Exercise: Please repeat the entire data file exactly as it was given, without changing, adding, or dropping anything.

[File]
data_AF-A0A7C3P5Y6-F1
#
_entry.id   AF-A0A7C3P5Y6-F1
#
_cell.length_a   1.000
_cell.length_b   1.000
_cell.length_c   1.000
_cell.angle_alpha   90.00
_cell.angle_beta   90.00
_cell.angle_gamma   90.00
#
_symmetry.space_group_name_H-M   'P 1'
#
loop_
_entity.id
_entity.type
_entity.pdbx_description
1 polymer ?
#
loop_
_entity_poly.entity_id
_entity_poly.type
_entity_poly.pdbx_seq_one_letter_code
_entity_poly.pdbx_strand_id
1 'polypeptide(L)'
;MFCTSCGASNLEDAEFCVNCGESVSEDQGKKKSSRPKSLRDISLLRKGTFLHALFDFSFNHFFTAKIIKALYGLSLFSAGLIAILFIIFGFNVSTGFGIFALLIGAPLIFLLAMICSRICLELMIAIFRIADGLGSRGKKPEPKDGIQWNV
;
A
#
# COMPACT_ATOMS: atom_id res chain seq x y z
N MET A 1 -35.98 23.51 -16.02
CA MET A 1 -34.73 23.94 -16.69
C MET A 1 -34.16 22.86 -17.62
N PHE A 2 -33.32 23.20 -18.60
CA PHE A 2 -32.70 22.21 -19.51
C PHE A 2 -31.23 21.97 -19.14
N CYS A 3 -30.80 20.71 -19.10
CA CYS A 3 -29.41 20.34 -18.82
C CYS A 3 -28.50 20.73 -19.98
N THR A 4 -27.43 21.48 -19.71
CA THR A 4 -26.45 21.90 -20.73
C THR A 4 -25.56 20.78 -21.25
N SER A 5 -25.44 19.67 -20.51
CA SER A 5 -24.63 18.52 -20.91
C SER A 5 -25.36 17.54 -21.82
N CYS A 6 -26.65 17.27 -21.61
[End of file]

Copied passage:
data_AF-A0A7C3P5Y6-F1
#
_entry.id   AF-A0A7C3P5Y6-F1
#
_cell.length_a   1.000
_cell.length_b   1.000
_cell.length_c   1.000
_cell.angle_alpha   90.00
_cell.angle_beta   90.00
_cell.angle_gamma   90.00
#
_symmetry.space_group_name_H-M   'P 1'
#
loop_
_entity.id
_entity.type
_entity.pdbx_description
1 polymer ?
#
loop_
_entity_poly.entity_id
_entity_poly.type
_entity_poly.pdbx_seq_one_letter_code
_entity_poly.pdbx_strand_id
1 'polypeptide(L)'
;MFCTSCGASNLEDAEFCVNCGESVSEDQGKKKSSRPKSLRDISLLRKGTFLHALFDFSFNHFFTAKIIKALYGLSLFSAGLIAILFIIFGFNVSTGFGIFALLIGAPLIFLLAMICSRICLELMIAIFRIADGLGSRGKKPEPKDGIQWNV
;
A
#
# COMPACT_ATOMS: atom_id res chain seq x y z
N MET A 1 -35.98 23.51 -16.02
CA MET A 1 -34.73 23.94 -16.69
C MET A 1 -34.16 22.86 -17.62
N PHE A 2 -33.32 23.20 -18.60
CA PHE A 2 -32.70 22.21 -19.51
C PHE A 2 -31.23 21.97 -19.14
N CYS A 3 -30.80 20.71 -19.10
CA CYS A 3 -29.41 20.34 -18.82
C CYS A 3 -28.50 20.73 -19.98
N THR A 4 -27.43 21.48 -19.71
CA THR A 4 -26.45 21.90 -20.73
C THR A 4 -25.56 20.78 -21.25
N SER A 5 -25.44 19.67 -20.51
CA SER A 5 -24.63 18.52 -20.91
C SER A 5 -25.36 17.54 -21.82
N CYS A 6 -26.65 17.27 -21.61